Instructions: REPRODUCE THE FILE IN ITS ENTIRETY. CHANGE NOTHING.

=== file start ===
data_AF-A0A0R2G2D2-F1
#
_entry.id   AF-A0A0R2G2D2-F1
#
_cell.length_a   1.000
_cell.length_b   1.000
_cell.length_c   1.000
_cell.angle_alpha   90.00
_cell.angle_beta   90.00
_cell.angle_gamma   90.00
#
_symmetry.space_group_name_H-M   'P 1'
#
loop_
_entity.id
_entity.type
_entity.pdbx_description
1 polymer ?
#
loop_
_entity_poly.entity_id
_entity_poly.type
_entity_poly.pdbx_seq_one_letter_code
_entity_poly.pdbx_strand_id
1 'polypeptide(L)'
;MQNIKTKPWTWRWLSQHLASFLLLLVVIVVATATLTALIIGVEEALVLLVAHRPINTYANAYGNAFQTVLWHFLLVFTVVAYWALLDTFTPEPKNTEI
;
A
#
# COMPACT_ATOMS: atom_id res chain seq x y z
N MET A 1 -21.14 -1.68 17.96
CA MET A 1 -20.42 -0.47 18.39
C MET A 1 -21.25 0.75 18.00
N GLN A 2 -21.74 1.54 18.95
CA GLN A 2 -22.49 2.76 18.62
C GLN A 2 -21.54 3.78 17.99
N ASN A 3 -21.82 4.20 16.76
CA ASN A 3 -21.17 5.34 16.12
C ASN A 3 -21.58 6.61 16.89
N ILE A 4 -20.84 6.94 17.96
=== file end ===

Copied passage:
data_AF-A0A0R2G2D2-F1
#
_entry.id   AF-A0A0R2G2D2-F1
#
_cell.length_a   1.000
_cell.length_b   1.000
_cell.length_c   1.000
_cell.angle_alpha   90.00
_cell.angle_beta   90.00
_cell.angle_gamma   90.00
#
_symmetry.space_group_name_H-M   'P 1'
#
loop_
_entity.id
_entity.type
_entity.pdbx_description
1 polymer ?
#
loop_
_entity_poly.entity_id
_entity_poly.type
_entity_poly.pdbx_seq_one_letter_code
_entity_poly.pdbx_strand_id
1 'polypeptide(L)'
;MQNIKTKPWTWRWLSQHLASFLLLLVVIVVATATLTALIIGVEEALVLLVAHRPINTYANAYGNAFQTVLWHFLLVFTVVAYWALLDTFTPEPKNTEI
;
A
#
# COMPACT_ATOMS: atom_id res chain seq x y z
N MET A 1 -21.14 -1.68 17.96
CA MET A 1 -20.42 -0.47 18.39
C MET A 1 -21.25 0.75 18.00
N GLN A 2 -21.74 1.54 18.95
CA GLN A 2 -22.49 2.76 18.62
C GLN A 2 -21.54 3.78 17.99
N ASN A 3 -21.82 4.20 16.76
CA ASN A 3 -21.17 5.34 16.12
C ASN A 3 -21.58 6.61 16.89
N ILE A 4 -20.84 6.94 17.96